• have an idea service pool
  • should offer legal advice
  • software for the community would be under the AGPLv3 license, content would be CC-BY-SA
  • this needs not to be the single such community, so please copy it, redo it.

Let us dream what this could be and let us make it reality! Let’s rock the network services world.

Hello sandbox!

Welcome to WordPress.com. This is your first post. Edit or delete it and start blogging!

This is just a sandbox post for me and my readers to test out the comment system,…

Communication in Free Software

I believe the problem of communication is by far the biggest problem and obstacle in the adoption of free software. I believe we have solved all the major technical problems in the adoption of free software, and the ones that remain are either being worked on or in testing. What has yet kept us from becoming the dominant supplier of software is our way of communication and marketing. Oh, I hear my readers mumbling: “here comes another free software detractor”. Actually, this is my best attempt at gathering attention upon an issue I can not solve by myself.

Why can’t I solve it alone, and then present my solution? Because that would be my solution to my version of the problem, as I see it. It would actually be of little help for others, as their issues are not even addressed. And failing to get their support to my initiative, it would fail itself, as many others did.

This problem needs be advertised by people with higher mind share on the public than my own, as there are still (many) people that negate its very existence.

Where do I see instances of this problem: in support forums in discussions between “gurus” and “newbies”, between developers and (experienced) users. Examples:
“Winning Hearts and Minds” by Angry Admin, http://theangryadmin.blogspot.com/2008/03/winning-hearts-and-minds.html
“A tale of two worlds” Daniel Robbins, Gentoo project initiator, http://blog.funtoo.org/2008/01/tale-of-two-cultures.html
“Why did I stopped reporting bugs on Ubuntu”, http://glyphobet.net/blog/?p=140
“Why I quit: kernel developer Con Kolivas”, http://apcmag.com/why_i_quit_kernel_developer_con_kolivas.htm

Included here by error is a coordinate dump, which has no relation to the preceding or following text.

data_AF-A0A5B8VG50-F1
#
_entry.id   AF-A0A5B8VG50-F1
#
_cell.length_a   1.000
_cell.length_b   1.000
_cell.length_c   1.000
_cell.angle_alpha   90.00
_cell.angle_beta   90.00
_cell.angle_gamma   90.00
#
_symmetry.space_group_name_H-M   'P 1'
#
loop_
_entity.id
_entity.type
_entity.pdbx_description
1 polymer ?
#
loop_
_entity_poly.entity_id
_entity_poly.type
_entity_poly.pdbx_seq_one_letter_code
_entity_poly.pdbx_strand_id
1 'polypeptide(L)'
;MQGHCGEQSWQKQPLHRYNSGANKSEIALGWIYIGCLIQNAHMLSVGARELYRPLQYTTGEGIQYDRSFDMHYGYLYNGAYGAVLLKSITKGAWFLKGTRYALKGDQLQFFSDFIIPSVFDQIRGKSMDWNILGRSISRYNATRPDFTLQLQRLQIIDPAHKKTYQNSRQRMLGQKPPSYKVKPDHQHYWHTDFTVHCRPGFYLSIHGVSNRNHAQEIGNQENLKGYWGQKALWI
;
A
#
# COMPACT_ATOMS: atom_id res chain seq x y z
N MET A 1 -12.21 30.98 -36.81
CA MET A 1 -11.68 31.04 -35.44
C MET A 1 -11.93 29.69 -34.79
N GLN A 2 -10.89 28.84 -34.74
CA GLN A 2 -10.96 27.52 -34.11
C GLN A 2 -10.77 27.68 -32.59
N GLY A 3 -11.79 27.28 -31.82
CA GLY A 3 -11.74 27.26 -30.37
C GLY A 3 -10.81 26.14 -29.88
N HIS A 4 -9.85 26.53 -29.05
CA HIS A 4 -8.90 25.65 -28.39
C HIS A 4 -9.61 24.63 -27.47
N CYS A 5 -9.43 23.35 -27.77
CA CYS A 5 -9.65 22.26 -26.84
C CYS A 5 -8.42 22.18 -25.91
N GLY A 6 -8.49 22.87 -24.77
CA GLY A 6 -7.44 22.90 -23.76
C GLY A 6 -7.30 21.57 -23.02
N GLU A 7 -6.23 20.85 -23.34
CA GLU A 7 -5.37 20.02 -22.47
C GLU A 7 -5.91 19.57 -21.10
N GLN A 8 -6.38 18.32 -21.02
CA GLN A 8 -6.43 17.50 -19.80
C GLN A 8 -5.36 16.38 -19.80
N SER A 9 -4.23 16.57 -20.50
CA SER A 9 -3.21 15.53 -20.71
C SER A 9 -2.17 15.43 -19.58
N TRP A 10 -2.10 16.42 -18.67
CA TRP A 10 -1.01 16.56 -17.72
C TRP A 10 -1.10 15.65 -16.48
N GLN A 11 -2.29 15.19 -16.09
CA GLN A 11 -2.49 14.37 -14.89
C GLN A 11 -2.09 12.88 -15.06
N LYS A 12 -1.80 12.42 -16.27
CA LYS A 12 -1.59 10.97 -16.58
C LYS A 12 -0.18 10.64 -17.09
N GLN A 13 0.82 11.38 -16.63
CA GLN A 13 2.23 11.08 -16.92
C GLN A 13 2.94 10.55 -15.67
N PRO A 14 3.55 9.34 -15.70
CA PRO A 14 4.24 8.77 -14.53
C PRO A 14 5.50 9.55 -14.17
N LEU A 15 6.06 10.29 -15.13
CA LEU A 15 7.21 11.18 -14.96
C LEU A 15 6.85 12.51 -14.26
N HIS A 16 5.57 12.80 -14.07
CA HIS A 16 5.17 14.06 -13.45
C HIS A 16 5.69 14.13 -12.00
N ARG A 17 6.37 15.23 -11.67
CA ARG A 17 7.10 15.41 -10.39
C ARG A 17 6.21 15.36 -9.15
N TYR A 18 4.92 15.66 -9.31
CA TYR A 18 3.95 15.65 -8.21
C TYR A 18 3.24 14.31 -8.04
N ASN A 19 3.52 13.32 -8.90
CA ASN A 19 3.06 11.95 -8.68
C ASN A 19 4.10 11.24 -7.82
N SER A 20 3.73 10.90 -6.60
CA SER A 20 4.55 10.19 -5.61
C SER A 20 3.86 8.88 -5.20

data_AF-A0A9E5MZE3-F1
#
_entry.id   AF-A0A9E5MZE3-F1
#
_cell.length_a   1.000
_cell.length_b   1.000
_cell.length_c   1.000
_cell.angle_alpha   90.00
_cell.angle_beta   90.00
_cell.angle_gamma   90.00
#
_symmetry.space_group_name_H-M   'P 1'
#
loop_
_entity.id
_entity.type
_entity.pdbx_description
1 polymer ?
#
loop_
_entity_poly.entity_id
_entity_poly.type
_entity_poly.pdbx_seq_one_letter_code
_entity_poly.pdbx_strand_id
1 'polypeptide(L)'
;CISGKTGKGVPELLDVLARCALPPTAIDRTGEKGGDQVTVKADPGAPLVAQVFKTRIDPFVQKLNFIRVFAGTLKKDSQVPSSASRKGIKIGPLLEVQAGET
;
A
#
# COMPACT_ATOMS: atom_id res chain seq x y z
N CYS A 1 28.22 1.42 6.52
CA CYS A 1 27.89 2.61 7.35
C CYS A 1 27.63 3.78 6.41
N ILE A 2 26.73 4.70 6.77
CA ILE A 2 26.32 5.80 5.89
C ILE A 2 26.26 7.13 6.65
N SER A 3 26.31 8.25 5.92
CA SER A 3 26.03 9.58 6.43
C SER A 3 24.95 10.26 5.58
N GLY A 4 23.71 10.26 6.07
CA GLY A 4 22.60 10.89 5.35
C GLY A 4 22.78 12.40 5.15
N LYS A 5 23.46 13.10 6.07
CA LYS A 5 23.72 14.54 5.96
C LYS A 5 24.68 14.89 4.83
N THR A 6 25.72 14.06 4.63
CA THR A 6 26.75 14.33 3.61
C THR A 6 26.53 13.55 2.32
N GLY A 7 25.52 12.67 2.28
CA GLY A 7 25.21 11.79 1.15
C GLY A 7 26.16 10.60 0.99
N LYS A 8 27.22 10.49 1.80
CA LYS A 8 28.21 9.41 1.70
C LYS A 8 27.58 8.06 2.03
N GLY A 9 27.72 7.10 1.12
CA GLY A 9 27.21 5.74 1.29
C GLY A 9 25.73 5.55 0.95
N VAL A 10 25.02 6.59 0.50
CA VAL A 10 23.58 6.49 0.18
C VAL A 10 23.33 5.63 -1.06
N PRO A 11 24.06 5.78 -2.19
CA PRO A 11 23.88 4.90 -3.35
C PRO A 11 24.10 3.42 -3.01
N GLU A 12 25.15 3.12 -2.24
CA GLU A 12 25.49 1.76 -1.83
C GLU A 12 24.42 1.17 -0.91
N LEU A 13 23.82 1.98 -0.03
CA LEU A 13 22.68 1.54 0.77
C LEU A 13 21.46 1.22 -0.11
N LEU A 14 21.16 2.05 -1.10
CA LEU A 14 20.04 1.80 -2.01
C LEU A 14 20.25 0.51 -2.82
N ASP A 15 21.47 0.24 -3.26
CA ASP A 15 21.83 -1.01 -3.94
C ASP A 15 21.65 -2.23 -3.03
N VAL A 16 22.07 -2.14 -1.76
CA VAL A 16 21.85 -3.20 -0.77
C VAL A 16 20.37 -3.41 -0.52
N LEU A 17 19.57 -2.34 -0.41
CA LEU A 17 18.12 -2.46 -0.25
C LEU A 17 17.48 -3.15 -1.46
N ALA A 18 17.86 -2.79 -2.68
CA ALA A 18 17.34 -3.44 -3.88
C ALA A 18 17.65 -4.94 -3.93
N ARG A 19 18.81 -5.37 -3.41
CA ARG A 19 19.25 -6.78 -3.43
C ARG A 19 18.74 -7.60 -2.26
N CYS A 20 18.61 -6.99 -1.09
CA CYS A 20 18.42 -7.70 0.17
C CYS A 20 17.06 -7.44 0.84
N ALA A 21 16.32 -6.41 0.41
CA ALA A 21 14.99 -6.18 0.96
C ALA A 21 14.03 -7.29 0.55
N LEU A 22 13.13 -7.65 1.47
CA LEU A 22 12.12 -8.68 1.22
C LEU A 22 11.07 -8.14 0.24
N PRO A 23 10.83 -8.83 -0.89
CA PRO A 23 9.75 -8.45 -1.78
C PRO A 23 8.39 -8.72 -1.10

“Family Guide to Digital Freedom” by Marco Fioretti, http://digifreedom.net/?q=node/103

These are all old participants in the free software world (or they claim so). Even if every one of this reports are false, this is still an issue that should be analyzed.

I have to give 2 examples and ask your opinion on it.
1) I believe there is an important distinction to be made between our campaigns to use free software and our answers in support forums.
Say an end-user shows up on a support forum saying “I am using your free software program X on some proprietary Operating system” or “in combination with other software that does not respect user’s freedom”. In the current support forums the end user is likely to be greeted with a knee-jerk type of answer. For example: “Use Linux” or “read the guidelines” or worse – no answer at all.

I believe the right attitude of the ‘support people’ should be: “while we do not support your proprietary operating system, but here is the best advice we can provide you given the circumstances…”. The support community should provide end users with the best experience they can, so that users will come back when they are unencumbered by proprietary products.

End users have their own reasons for using their current products and could probably not give up on those products without costly transitions. Best thing to do should be to ensure a smooth transition – smooth by their terms – to free software. If their first contact is positive they are likely to come back. If we behave badly and rude and speak only technical language they will take their business elsewhere.

2) Another big mistake that we do is not explaining the free software philosophy in end users terms and with examples that affect them directly. Explaining artists the same freedoms as to programming coders is wrong: they care more about culture and telling them free software can smooth their ride in free culture is much more effective. By free culture I mean artwork developed collectively, just as our software, and distributed under a free (copylefted) art license.
It is right to present the four basic software freedoms, but for them free software is a means to achieving an end, free culture, and starting with the means to reach the end is wrong in my logic book. We should rather start with the end they care about and help them understand how Free Software can get them to that end. This is where we should rightly show them the four basic freedoms. This is also where I hope to turn them in free software advocates to others in their profession.